In the following opinion piece, Robert Bagley, a specialist in Asian art and archaeology at Princeton University, and Patty Gerstenblith, director of DePaul University's program in art and cultural heritage law, weigh in on the complicity of museums in the looting of cultural material--and offer some alternatives:
Along with the ongoing trial of former Getty Museum curator Marion True, the recent return of looted works of ancient art to Italy and Greece by the Getty, the Metropolitan Museum of Art, the Museum of Fine Arts, Boston, and the Princeton University Art Museum has focused worldwide media attention on the pillaging of ancient monuments and sites. Now court documents filed in a federal undercover sting operation have just revealed a web of smuggling, theft and tax fraud surrounding the acceptance of recently looted or stolen Asian and Native American artifacts by museums in southern California. These events have thrown an embarrassing spotlight on the unscrupulous acquisition practices of many U.S. museums, practices that directly or indirectly subsidize looting and smuggling. Despite the protestations of their curators and directors that they no longer acquire looted artifacts, some American museums still do.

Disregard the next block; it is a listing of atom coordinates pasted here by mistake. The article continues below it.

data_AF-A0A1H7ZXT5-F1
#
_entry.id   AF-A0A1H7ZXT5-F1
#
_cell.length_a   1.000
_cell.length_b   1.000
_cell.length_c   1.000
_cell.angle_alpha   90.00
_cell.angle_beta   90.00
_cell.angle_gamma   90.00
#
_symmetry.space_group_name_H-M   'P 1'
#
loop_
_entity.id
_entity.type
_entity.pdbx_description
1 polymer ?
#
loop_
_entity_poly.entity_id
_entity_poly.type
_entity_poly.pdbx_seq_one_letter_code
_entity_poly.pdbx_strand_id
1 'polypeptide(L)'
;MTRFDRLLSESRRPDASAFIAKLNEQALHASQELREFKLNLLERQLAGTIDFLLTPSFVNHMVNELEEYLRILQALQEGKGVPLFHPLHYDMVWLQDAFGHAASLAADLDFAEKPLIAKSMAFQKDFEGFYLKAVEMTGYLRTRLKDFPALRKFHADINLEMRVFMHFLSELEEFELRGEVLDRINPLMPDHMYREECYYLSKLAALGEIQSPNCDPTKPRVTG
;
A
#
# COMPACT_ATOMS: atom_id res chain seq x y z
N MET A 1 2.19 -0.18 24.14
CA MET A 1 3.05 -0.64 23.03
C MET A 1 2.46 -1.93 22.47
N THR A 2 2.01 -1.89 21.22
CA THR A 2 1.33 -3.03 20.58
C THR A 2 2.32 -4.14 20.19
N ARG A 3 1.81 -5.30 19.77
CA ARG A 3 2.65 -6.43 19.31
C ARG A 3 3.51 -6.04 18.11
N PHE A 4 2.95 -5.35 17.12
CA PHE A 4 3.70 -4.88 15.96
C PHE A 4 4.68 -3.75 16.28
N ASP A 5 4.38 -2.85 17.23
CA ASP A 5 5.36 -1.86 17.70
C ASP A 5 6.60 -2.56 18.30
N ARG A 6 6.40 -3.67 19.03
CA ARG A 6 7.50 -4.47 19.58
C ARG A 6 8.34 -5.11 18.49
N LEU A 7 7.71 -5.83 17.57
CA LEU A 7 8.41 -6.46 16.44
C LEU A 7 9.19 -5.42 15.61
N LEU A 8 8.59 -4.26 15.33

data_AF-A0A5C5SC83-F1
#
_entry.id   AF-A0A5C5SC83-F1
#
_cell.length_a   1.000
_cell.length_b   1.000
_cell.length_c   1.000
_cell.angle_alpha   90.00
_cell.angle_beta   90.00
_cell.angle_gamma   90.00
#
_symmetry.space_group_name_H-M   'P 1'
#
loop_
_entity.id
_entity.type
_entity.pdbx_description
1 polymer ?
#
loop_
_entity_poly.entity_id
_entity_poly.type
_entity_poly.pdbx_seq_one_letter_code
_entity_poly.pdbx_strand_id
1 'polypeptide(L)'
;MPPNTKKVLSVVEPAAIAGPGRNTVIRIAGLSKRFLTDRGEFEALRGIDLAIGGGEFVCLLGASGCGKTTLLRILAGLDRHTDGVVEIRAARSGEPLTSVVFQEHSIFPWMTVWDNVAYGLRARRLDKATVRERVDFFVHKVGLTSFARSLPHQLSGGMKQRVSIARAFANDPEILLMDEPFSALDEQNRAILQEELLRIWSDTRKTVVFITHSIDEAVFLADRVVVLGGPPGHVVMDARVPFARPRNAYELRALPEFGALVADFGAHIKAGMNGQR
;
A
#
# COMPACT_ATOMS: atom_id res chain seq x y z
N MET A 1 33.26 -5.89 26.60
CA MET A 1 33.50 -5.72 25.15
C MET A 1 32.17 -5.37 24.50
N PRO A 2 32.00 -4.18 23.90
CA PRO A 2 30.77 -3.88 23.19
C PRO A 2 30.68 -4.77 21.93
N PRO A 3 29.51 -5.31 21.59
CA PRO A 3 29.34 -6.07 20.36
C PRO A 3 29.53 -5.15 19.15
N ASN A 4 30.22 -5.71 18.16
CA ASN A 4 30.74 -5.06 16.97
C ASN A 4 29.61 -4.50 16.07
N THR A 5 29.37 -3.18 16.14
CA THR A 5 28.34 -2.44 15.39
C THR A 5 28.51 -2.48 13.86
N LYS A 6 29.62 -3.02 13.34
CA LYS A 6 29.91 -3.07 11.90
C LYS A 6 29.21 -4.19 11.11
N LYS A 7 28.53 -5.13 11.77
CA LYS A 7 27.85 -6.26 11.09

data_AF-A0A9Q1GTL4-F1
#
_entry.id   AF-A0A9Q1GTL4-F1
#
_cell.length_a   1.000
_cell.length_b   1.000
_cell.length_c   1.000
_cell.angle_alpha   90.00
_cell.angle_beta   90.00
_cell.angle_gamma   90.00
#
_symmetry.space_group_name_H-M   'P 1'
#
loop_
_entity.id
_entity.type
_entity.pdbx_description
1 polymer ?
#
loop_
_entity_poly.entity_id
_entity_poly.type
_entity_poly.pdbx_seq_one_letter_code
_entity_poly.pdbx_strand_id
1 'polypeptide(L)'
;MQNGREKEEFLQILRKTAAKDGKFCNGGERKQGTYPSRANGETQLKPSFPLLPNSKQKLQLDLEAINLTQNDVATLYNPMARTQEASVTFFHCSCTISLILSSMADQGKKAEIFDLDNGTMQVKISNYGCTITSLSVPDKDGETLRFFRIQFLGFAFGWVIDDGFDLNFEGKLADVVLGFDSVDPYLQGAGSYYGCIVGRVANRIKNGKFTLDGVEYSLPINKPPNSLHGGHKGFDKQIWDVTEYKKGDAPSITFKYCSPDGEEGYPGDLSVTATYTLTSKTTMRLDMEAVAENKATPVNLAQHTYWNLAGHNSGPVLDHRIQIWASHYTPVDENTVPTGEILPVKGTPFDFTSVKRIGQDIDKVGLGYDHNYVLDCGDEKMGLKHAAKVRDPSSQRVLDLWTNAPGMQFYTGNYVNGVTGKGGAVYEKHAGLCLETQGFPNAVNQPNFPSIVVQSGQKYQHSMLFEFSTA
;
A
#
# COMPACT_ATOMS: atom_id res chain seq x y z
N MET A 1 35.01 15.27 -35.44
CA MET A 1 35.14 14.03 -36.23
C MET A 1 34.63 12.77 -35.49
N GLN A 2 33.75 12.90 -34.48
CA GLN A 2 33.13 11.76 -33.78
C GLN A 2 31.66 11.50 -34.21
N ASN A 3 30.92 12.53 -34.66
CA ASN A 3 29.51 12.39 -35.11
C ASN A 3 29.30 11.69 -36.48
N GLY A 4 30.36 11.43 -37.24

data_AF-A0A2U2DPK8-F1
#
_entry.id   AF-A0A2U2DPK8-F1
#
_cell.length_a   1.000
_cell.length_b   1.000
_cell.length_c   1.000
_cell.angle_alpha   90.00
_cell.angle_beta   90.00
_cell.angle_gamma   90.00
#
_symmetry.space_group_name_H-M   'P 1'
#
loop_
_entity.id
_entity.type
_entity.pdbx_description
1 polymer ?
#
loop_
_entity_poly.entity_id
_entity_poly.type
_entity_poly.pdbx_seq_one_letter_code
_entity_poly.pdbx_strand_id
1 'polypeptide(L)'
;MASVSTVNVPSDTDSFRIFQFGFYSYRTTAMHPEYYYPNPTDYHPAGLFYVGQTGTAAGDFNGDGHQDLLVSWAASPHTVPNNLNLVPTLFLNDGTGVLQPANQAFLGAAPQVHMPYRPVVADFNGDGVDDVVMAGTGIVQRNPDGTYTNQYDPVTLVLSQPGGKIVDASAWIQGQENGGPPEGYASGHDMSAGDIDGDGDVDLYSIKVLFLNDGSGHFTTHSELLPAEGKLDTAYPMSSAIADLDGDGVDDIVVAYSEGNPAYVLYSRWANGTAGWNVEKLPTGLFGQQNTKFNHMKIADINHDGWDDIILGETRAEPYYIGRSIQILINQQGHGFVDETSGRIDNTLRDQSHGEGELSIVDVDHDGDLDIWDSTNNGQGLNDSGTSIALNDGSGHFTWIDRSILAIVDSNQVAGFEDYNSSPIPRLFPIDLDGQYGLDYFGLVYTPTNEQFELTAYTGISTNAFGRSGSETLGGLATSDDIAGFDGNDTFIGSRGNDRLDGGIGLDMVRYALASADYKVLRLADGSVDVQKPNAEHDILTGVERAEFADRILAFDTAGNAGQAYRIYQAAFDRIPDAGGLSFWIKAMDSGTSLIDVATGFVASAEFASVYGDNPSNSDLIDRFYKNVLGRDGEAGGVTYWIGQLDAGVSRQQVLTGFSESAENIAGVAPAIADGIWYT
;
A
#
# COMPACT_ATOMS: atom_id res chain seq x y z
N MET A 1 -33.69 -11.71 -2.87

The link between museums and pillaging is not tenuous or hard to see, it is tight and crystal clear. Ancient cemeteries are looted in search of artifacts, buildings and monuments are broken up into portable fragments, and networks of smugglers exist and thrive, all for the sole purpose of feeding an international market in antiquities. Looters pillaging an ancient graveyard care for nothing but salable objects convenient for smuggling. Whatever is too fragile to preserve or too awkward to transport or unlikely to bring a good price--in other words, most of what the graveyard contains--is left to rot or, often, deliberately destroyed. What the looter takes and passes on to the smuggler is then sold by dealers to private collectors and museums. Much of what private collectors buy sooner or later ends up in museums: the collectors obtain charitable tax deductions by donating their collections and the museums acquire laundered objects.